clock menu more-arrow no yes mobile

Filed under:

The Scar Passing Attack

South Carolina is most comfortable having Conner Shaw manage the football game and allowing him to make simple, short passes to their backs out of the backfield, tight ends sitting on little hook routes, and getting their receivers/tight ends open underneath on simple crossing routes. Shaw can stretch the field but often does it on well-designed plays that take advantage of what the defense gives this offense. Conner Shaw is very much unlike his predecessor Stephen Garcia in the fact that he is reluctant to simply throw the ball to a spot in space and doesn’t often force the ball. He wants to see his receiver open before he will pull the trigger. Needless to say, he is conservative in the pocket. The latter combined with his comfort in tucking the ball and taking off explains why he often seems gun shy and picks up chunks of yards with his legs.


First, let's focus on the gimmie throws the Gamecocks intentionally set up. A perfect example of their desire to get the ball out of Shaw's hands through sure passes to let TEs and backs make short pass completions and turn them into decent gains can be seen in the Missouri game. Shaw was 20/21 in that football game with his lone incompletion coming on his first pass attempt of the football game. The video below shows all of his pass attempts in that game. Notice he only threw the ball 10+ yards approximately three times all game. All the other passes were baby hooks, screens, or basically flairs to the backs.

Along those same lines, a lot of people probably don't realize this, but Marcus Lattimore led South Carolina in receptions prior to his injury. Likewise, I expect Scar to continue getting their backs involved in the passing game even without Lattimore. Against Arkansas, Kenny Miles recorded three of the 15 catches for the team. These three catches went for 44 total yards.

Scar likes to put their backs in the flats and use them to run arrow to hook routes and get these guys 5-8 yards downfield but in the middle of the playing field. Occasionally, they will streak a back down the field either up the seam and have the potential to go deep here off of wheel type routes if the defense is overly aggressive. Keep the last sentence of info in your back pocket but understand that Carolina has been most successful using backs in the passing game by getting them the football around the LOS but in space and letting these guys run after the catch.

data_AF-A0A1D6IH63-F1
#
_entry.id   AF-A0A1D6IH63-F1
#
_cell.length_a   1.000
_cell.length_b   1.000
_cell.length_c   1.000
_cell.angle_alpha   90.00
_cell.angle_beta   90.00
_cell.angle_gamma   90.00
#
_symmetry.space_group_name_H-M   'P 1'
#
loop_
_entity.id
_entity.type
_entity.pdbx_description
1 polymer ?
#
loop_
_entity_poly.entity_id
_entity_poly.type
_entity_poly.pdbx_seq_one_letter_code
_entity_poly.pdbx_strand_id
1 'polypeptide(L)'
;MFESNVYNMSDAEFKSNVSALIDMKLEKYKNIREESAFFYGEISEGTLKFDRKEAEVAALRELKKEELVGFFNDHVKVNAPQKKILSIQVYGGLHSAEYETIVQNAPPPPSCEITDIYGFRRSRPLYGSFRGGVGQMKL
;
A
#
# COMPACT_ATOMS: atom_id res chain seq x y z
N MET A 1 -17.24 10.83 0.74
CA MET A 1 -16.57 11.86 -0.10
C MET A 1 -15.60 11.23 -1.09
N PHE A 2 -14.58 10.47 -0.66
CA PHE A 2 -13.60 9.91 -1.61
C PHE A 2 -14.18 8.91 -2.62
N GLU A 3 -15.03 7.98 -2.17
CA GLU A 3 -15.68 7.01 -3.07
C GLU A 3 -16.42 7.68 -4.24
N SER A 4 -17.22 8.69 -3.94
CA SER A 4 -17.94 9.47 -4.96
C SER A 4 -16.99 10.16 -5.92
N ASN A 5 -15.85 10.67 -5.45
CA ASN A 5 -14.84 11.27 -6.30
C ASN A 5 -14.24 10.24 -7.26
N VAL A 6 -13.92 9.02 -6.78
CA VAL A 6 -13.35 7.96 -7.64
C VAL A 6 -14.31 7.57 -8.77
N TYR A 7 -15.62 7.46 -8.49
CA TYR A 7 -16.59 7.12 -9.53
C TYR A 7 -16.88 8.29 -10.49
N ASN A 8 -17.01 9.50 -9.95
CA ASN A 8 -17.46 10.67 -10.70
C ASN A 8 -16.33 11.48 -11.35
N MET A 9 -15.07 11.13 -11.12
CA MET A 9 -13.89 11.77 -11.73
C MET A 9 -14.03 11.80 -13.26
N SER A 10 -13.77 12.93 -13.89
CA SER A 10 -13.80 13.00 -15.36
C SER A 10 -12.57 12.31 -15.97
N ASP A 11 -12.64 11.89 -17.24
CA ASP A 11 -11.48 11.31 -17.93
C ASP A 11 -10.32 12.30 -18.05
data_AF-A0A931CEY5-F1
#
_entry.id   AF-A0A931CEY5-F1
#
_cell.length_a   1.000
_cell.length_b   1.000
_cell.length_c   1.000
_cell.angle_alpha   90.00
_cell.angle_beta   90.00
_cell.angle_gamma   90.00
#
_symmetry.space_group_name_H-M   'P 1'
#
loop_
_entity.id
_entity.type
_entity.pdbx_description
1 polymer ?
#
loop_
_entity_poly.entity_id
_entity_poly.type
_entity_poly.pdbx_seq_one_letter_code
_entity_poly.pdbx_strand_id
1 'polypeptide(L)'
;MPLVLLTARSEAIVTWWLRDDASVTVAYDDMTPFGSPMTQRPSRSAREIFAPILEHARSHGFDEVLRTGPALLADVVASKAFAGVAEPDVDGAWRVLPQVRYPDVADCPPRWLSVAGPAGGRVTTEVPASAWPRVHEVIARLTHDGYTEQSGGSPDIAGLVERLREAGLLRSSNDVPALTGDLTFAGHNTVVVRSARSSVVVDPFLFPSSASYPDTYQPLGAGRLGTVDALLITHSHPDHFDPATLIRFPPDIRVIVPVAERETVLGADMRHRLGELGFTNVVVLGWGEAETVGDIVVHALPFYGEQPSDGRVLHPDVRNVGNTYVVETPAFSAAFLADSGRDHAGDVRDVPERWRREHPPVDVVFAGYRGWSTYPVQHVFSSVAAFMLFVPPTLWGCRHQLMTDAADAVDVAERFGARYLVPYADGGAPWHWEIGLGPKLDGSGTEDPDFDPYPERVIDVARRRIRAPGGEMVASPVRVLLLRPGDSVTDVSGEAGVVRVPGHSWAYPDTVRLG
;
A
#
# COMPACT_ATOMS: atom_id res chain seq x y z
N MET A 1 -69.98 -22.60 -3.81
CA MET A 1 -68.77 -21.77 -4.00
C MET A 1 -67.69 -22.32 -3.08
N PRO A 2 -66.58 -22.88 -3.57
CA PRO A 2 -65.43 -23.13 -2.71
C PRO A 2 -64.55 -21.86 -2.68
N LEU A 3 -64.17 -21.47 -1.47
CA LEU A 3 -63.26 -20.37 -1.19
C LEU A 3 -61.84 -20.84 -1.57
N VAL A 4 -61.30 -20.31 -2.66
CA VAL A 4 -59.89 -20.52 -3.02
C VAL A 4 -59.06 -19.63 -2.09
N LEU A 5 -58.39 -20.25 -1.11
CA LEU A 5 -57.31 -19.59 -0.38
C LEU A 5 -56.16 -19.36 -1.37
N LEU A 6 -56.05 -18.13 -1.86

Keeping with the ball control theme, Justice Cunningham is a very capable tight end and South Carolina likes to use him to methodically pick up yardage through simple, short routes. One of their favorites is the 5-8 yard hook route. They will run him on short dig/crossing routes. Another nicely drawn up scheme crosses him with another TE/WR to pick up an easy 4-5 yards prior to contact.

He does a good job getting down the field, finding open spots and rolling with the quarterback when Shaw is forced to scramble. The other obvious downfield routes occur when there is a mismatch with Cunningham splitting the seam and using his size in the passing game or, because of his size, running a dig or post to provide a big dependable target over the middle. Cunningham is a tough guy and can definitely take/deliver a shot.

Scar has capable receivers, though their main receivers do lack size. This means that any pass downfield must be throw with precision and accuracy. Ace Sanders and Bruce Ellington have been the consistent "go to" receivers. Each is extremely explosive and dangerous in open space. All the Scar receivers run good routes--short, intermediate, and long--which could give our Tigers problems. These guys have speed as well, which was on display last season in Clemson's game against Scar.

We'll see a little of everything with the Gamecocks emphasizing a layered approach. They will assure at least one eligible player runs a shot, medium, and long route. Underneath, Carolina will drag receivers across the field--especially on crossing routes. They will also use a variety of wide receiver screens. The medium routes they like include basic dig, stop, and hook routes. They will streak receivers down the field (both over the middle of the field and down the sidelines) and get their guys to the post, but what the Gamecocks really like to do down the field is run simple corner/flag routes that may or may not be a part of a double move (i.e., post-corner).

The final element of the Scar passing attack doesn't involve passing the revolves around quarterback Conner Shaw being forced out of the pocket and/or the defense's inability to maintain containment. Shaw is a slippery quarterback who is very capable of picking up yardage on the ground. He is also very capable of completing passes while scrambling around. Long and short, this is a guy who will get mobile if his initial reads/progressions are not obviously open. When he gets mobile, defenses this season have paid.

The South Carolina offensive line is less impressive than it has been the past couple seasons. Tennessee and others were effective getting pressure on the Carolina signal caller. I don't think that it is impossible for Clemson to apply pressure considering this line is penetrable and Scar will have less experience in the backfield to help with blitz protection. How well Clemson gets to Shaw AND contains him will likely tell the playcalling tale.

Fortunately, if Clemson can force Scar to become a predominantly passing team, the odds go way up in Clemson's favor despite some of the issues our Tigers have had defending the forward pass this season.